Canonical has announced the upcoming availability of Ubuntu 8.10 Server Edition for free download on 30 October. Ubuntu 8.10 Server Edition will be maintained for 18 months and adds significant enhancements in virtualisation, Java development and system management.
“Ubuntu 8.10 Server Edition is a terrific milestone that underlines the value in our twin track release strategy,” said Jane Silber, COO of Canonical. “The server edition embraces cloud computing, virtualisation, mail server enhancements, Java development and deployment as well as a range of services to help system admininstrators and developers. Our six-monthly release cycle allows us to get these features in front of users faster continuing to make Ubuntu the best option for innovative organisations.”
Ubuntu’s built-in support for Tomcat is good news for Java folk wanting to make Ubuntu their primary work & deployment OS. Tomcat however only offers a servlet container and not the entire JavaEE stack. Support for the entire stack with a JavaEE application server is expected in an Ubuntu version in the near future. Glassfish is widely expected to be the server to be included, however there’s no official word as yet.
New to Ubuntu 8.10 Server Edition
Complete Java Stack
Apache Tomcat 6.0 and OpenJDK are now fully supported options that make Ubuntu a great choice for developing and deploying Java applications in production environments.
Building on the Just Enough Operating System (JeOS) version launched last year, Ubuntu 8.10 ships with a Virtual Machine builder. It allows complete Virtual Machines to be built from the command line in less than five minutes. Developers and system administrators can script the creation of custom virtual images. Vm-builder provides a key component to a dynamic provisioning process for businesses using virtualisation environments.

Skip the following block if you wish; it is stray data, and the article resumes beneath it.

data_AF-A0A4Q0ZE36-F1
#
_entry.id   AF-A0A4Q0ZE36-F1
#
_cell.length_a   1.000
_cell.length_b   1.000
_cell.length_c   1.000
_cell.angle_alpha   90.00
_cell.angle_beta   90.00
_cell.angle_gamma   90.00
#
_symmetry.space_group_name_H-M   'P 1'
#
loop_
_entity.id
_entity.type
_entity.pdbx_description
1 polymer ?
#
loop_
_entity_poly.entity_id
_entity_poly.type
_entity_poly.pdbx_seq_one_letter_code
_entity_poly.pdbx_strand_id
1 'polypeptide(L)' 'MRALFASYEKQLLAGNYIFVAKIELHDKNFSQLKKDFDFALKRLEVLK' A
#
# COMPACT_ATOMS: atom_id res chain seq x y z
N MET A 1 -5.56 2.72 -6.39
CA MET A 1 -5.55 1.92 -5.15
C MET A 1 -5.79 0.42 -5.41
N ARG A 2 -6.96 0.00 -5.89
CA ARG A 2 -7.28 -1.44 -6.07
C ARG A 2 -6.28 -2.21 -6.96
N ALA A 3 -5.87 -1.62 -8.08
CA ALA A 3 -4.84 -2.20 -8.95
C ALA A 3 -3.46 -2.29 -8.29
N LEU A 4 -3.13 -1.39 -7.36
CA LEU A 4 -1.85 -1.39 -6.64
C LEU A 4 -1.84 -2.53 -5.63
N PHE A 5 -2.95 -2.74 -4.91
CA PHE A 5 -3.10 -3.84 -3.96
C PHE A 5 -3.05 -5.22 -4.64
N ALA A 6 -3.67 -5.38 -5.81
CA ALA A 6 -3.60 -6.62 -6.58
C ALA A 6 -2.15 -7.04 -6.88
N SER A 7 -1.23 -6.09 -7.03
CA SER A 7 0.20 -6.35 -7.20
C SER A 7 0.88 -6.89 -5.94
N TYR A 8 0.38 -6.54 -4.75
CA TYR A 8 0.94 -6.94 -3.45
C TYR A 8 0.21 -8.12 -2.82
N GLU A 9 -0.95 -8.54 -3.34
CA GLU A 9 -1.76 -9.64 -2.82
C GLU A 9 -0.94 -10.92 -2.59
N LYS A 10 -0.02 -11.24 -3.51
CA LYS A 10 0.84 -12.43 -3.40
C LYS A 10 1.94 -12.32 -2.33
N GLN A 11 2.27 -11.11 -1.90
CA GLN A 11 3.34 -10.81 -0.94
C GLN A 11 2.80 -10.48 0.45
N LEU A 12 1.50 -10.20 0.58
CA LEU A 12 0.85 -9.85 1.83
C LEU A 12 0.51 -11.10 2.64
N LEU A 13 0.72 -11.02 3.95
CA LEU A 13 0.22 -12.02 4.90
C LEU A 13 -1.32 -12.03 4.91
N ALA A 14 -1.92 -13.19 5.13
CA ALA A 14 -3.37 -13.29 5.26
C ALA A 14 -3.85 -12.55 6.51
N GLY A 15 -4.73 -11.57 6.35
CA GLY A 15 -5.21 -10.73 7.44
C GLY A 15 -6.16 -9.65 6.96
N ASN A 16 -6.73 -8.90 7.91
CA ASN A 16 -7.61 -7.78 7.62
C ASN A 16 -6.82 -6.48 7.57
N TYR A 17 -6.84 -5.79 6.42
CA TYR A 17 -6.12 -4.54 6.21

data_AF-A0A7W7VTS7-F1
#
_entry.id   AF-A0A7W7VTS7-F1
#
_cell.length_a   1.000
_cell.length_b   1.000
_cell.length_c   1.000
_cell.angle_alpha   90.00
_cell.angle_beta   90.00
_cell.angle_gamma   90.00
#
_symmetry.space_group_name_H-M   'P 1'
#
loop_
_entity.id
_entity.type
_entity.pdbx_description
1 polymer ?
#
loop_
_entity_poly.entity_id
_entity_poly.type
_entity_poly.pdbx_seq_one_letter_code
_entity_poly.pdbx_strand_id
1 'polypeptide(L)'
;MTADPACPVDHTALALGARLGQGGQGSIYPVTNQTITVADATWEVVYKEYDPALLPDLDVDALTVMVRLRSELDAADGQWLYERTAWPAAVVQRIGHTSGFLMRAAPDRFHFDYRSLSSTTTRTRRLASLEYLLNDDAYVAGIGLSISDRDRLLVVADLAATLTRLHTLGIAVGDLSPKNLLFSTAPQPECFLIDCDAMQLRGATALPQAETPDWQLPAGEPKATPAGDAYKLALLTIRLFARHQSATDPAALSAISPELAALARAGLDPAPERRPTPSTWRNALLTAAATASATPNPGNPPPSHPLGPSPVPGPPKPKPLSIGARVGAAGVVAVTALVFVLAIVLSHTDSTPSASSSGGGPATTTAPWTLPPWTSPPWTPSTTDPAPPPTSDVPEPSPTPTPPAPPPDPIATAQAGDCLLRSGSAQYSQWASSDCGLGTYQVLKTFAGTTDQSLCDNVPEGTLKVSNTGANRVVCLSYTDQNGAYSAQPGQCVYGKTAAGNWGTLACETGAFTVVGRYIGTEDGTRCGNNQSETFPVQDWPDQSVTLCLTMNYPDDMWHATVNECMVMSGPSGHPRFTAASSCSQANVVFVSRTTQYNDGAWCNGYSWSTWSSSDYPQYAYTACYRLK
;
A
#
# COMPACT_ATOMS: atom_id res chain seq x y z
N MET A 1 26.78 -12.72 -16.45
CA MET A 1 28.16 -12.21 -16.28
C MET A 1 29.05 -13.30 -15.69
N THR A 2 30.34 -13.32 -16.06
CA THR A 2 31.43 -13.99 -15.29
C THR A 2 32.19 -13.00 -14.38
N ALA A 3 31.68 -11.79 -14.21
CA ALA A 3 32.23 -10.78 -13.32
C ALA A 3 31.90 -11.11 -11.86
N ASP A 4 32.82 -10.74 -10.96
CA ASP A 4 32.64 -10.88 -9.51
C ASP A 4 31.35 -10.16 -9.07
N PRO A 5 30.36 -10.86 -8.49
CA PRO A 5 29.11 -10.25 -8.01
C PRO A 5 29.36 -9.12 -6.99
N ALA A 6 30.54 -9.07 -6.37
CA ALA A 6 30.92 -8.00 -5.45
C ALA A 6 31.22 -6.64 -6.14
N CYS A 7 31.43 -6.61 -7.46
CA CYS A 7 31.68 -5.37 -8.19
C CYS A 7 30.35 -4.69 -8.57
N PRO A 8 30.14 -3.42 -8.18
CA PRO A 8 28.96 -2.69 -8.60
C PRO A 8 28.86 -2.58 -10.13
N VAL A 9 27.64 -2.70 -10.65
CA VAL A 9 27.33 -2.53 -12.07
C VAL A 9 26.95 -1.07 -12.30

JeOS has been merged into the Server CD and is now available as an option at installation time. Ubuntu 8.10 officially supports running as a paravirtualized guest on Xen hypervisors. KVM has also been updated to allow more flexible memory management. Administrators can reduce or increase the memory allocated to any virtual machine without having to reboot it.
Enhanced Mail Server Capabilities
ClamAV and SpamAssassin are now available from the main repository providing a supported solution for spam detection and virus filtering for mail infrastructures built on Ubuntu Server.
Improved RAID Support
Ubuntu 8.10 provides support for SATA “software” RAID controllers via DMRaid. Booting from a degraded RAID array is now configurable by the system administrator.
Encrypted Private Directory
Administrators can now easily set-up an Ubuntu system to provide encrypted private directories which are automatically mounted when users login locally or via ssh. Sensitive data is kept secure even if the system is stolen.
Hardening the Packages
The tool chain used to compile Ubuntu has been updated to include even more security features such as glibc function call fortification. Bugs in applications are even harder to be turned into exploitable vulnerabilities.
Uncomplicated Firewall is Getting Even Simpler
The Uncomplicated Firewall makes it easier to manage a host firewall thanks to the addition of application profiles. Common services such as apache, bind9, cups, dovecot, openssh, postfix or samba declare which ports they use so that the administrator only enables a network service rather than a set of ports.
Landscape Client Bundled within Ubuntu
Landscape client provides a free reporting function at each login. Key information such as system statistics is added to the “message of the day” that is displayed at login (motd). Any type of metric can be gathered simply by writing plugins for Landscape client.
Landscape is Canonical’s lightweight system management tool for Ubuntu systems that allows automated deployment and monitoring. Full activation of the client for landscape customers is now available within the installer.